“Wait. When do you have to be out?”
My friend and I were sitting in my living room, and as she looked around, she was thinking she must have misheard me. My family had been living in our rental home for two years, and it was time to move on. We were scheduled to turn in the keys in just four days.
Not one thing had been packed. Not a book. Not a photo album. Not a single fork.
“You have help coming, right?”
I mumbled something about it all being fine and that we’d figure it out. We were moving just twenty minutes down the road and everything would be okay. I basically said everything but the one word I knew I needed to say—help.
Because we’ve been friends for almost twenty years, she knows me well. My protest went in one ear and out the other. Within the hour, she had lined up her husband and set aside Saturday to help us.
My friend spent countless hours over the next several days cleaning out bathroom drawers, pulling long-forgotten items from under beds, and battling giant dust bunnies behind the dryer…
Please click through to The Glorious Tableto continue reading about how accepting help with a move brought up all kinds of emotions but, most of all, pointed us back to Jesus.
It’s not much to look at from the outside. The paint is faded, the driveway is cracked, and the garden is dead (again). But if you come inside with me, I think you’ll see much more than a tired little house.
Watch your step as you come in. My husband carried me through this doorway when we bought this place ten years ago. We were still newlyweds, fresh-faced with bright eyes, and we were ready to conquer the world.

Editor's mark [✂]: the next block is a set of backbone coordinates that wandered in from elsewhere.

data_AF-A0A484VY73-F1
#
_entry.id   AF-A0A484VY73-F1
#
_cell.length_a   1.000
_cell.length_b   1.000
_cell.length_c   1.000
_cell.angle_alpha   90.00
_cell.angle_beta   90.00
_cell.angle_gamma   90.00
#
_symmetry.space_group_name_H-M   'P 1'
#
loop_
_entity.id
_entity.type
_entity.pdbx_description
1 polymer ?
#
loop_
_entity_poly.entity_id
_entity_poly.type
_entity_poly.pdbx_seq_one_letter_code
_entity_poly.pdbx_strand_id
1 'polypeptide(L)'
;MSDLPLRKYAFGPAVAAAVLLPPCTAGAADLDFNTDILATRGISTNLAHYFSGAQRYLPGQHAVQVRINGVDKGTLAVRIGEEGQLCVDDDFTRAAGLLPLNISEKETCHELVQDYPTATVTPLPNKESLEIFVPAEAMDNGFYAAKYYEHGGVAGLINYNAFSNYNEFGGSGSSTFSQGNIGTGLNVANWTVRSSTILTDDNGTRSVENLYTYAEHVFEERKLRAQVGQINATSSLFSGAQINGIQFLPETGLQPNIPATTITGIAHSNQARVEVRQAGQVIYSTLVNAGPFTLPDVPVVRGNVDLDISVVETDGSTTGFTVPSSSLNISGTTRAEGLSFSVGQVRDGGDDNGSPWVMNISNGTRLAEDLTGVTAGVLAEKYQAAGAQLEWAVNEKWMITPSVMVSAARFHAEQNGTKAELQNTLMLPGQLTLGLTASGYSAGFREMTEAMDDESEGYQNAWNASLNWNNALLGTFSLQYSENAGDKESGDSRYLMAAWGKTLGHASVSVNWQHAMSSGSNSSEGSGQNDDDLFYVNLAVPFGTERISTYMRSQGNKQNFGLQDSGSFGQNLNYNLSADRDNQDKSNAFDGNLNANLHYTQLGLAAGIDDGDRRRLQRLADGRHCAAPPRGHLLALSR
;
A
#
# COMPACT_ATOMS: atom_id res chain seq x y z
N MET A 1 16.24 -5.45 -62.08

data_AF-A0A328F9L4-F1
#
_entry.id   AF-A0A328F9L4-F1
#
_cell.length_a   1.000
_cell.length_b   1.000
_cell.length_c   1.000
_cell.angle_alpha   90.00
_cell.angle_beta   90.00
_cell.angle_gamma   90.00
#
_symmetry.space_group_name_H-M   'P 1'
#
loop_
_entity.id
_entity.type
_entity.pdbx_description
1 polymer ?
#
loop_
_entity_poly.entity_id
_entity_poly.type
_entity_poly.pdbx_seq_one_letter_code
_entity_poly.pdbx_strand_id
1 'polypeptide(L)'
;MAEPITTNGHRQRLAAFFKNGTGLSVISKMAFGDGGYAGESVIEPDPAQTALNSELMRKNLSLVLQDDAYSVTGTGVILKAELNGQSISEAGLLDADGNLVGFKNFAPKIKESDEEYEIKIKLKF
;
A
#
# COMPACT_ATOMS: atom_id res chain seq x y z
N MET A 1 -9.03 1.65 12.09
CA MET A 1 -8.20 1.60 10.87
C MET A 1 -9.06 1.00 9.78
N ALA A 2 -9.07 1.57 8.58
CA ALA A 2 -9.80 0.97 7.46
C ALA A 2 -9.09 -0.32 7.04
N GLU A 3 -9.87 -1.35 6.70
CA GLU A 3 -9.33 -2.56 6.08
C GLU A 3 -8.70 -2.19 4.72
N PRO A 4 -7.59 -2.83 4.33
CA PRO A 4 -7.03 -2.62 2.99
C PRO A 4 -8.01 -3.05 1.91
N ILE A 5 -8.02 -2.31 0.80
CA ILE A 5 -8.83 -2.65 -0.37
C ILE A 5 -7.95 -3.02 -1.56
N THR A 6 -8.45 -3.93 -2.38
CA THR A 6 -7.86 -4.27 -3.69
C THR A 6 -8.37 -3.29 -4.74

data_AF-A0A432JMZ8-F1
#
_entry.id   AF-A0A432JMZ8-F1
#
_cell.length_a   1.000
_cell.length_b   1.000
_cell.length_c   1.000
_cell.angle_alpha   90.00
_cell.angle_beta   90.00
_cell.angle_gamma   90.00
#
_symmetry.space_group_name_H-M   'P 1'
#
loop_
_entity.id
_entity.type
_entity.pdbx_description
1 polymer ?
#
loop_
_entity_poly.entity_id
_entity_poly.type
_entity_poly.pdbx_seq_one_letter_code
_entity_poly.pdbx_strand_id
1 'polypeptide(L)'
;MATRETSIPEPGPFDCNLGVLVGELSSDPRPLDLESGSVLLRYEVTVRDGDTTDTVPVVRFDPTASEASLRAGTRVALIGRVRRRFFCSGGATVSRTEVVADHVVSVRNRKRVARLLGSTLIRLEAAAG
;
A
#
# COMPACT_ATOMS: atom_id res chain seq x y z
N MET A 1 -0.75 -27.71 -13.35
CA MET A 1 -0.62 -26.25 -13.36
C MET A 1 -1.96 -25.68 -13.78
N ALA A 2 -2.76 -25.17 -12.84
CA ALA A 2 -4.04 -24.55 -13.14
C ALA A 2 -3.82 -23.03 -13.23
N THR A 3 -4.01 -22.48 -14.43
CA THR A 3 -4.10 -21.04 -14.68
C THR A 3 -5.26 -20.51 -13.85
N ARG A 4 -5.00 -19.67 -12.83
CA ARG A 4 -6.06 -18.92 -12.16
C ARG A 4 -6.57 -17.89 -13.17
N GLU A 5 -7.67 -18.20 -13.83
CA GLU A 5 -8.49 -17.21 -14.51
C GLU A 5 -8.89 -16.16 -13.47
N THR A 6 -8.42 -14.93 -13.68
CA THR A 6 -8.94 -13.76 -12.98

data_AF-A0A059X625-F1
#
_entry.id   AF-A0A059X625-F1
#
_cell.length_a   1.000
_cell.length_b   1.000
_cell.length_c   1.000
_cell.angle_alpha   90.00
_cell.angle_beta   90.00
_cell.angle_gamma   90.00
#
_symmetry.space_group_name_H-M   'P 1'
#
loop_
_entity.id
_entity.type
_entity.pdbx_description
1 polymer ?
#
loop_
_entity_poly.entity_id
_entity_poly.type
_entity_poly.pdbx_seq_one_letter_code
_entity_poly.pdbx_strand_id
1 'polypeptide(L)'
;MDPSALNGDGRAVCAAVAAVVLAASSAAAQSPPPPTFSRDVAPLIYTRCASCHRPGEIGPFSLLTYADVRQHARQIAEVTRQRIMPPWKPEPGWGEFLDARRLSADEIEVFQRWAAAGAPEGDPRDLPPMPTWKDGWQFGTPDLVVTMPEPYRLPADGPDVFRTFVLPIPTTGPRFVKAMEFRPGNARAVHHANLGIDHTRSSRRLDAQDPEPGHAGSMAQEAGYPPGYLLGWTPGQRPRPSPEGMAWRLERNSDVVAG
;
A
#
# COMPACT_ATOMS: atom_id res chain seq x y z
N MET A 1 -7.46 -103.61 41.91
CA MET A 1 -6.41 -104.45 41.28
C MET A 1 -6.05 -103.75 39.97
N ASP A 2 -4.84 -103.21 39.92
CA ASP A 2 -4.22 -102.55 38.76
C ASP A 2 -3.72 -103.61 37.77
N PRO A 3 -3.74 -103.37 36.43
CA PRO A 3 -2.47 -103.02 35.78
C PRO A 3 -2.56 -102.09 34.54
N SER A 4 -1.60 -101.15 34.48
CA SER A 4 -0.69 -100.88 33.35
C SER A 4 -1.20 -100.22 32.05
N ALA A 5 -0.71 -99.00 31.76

If you walk down the hall and peek into the first room on the left, you’ll see the walls we spent hours preparing for our first baby. I must have sampled eight different shades of sky blue to find just the right one. The shade tree and flower garden murals are the products of aching arms and full hearts as we dreamed of a sweet new life.
Throw open the window there, and you’ll see the hydrangeas lining the fence. I can’t believe how big they’ve grown. Every year, I look forward to their cheerful blue and purple blossoms. We fill our house with summer when we bring them in, as many as we can carry. Every household object becomes a potential vase.
Across the hall are the shower tiles that held me up one cold Sunday morning when my beautiful, feisty Mamaw went home to glory. She fought an all-out street brawl against cancer, and did so with classy southern grace. My heart has never known such a deep ache as when I had to wake up in a world without her in it.
In the backyard is the playground we inherited when another family’s kids left childhood behind. With tears in their eyes, they set it up for our toddler son and told us to cherish the memories we were sure to make. We made our first memory there when we plopped Caleb on the swing and told him he was going to be a big brother…
To read more about what I learned from saying goodbye to our first home where so much life happened, click through to The Glorious Table.